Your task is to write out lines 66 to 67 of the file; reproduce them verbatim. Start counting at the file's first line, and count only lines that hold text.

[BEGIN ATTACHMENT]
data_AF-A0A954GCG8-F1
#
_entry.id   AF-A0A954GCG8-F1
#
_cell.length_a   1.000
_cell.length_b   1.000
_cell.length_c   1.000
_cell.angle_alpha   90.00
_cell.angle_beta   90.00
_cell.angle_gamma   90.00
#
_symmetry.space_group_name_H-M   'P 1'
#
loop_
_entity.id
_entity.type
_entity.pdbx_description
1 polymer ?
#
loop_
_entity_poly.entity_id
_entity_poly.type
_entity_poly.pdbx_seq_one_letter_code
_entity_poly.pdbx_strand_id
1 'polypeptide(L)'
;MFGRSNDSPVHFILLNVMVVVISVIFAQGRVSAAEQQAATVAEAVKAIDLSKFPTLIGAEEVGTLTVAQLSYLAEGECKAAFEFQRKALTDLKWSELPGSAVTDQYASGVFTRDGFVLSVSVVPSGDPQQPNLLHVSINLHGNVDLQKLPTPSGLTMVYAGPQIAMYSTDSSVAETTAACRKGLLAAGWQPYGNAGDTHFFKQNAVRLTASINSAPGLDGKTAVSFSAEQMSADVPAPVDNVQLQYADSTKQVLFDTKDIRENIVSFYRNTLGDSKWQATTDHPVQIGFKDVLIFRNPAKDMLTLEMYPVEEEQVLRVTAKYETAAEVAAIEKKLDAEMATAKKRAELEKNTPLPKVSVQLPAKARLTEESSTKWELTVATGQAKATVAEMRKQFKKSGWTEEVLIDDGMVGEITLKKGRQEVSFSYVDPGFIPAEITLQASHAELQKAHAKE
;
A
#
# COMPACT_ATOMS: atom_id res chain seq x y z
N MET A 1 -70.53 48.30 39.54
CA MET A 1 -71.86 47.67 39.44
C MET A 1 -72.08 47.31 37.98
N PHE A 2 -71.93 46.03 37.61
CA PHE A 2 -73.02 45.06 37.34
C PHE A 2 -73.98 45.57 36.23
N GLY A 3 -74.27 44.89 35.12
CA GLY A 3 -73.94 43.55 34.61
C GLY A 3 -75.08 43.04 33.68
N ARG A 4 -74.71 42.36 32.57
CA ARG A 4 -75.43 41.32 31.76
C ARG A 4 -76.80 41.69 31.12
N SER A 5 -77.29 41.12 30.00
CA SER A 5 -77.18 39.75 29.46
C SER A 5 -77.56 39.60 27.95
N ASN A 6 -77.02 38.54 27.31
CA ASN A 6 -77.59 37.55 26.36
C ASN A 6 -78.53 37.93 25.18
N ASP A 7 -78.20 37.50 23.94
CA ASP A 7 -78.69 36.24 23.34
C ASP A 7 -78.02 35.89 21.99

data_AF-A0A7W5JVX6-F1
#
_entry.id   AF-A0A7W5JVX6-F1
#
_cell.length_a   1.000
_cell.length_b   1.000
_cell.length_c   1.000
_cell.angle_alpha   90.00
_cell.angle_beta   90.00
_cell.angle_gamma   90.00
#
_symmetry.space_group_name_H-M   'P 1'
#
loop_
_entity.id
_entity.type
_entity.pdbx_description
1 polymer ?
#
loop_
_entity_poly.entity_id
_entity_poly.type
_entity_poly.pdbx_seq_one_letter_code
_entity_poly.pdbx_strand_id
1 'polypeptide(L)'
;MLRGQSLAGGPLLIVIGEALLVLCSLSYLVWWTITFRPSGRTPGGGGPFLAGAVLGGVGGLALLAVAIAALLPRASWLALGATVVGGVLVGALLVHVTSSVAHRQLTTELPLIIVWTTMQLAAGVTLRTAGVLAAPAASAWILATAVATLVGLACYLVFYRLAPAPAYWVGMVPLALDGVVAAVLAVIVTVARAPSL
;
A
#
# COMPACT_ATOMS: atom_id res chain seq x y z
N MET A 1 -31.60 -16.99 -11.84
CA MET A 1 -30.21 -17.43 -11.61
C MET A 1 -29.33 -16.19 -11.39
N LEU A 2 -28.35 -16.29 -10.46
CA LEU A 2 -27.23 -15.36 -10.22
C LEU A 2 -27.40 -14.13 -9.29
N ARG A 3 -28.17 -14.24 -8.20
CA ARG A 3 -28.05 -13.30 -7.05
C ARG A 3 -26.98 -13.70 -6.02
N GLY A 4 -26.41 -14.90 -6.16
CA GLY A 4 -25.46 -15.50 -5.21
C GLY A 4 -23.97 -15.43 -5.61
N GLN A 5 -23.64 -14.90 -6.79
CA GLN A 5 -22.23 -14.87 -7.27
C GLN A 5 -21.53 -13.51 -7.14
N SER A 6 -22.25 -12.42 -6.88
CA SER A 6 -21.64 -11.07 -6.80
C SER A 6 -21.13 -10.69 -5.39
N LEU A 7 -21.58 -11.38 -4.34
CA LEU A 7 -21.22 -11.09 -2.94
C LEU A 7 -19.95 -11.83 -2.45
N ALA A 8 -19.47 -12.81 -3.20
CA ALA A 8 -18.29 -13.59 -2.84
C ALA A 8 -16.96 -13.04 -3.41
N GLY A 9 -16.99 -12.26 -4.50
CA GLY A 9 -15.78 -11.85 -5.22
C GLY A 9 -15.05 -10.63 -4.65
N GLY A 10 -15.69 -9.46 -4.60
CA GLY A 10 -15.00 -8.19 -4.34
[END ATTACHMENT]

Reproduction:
_entity.id
_entity.type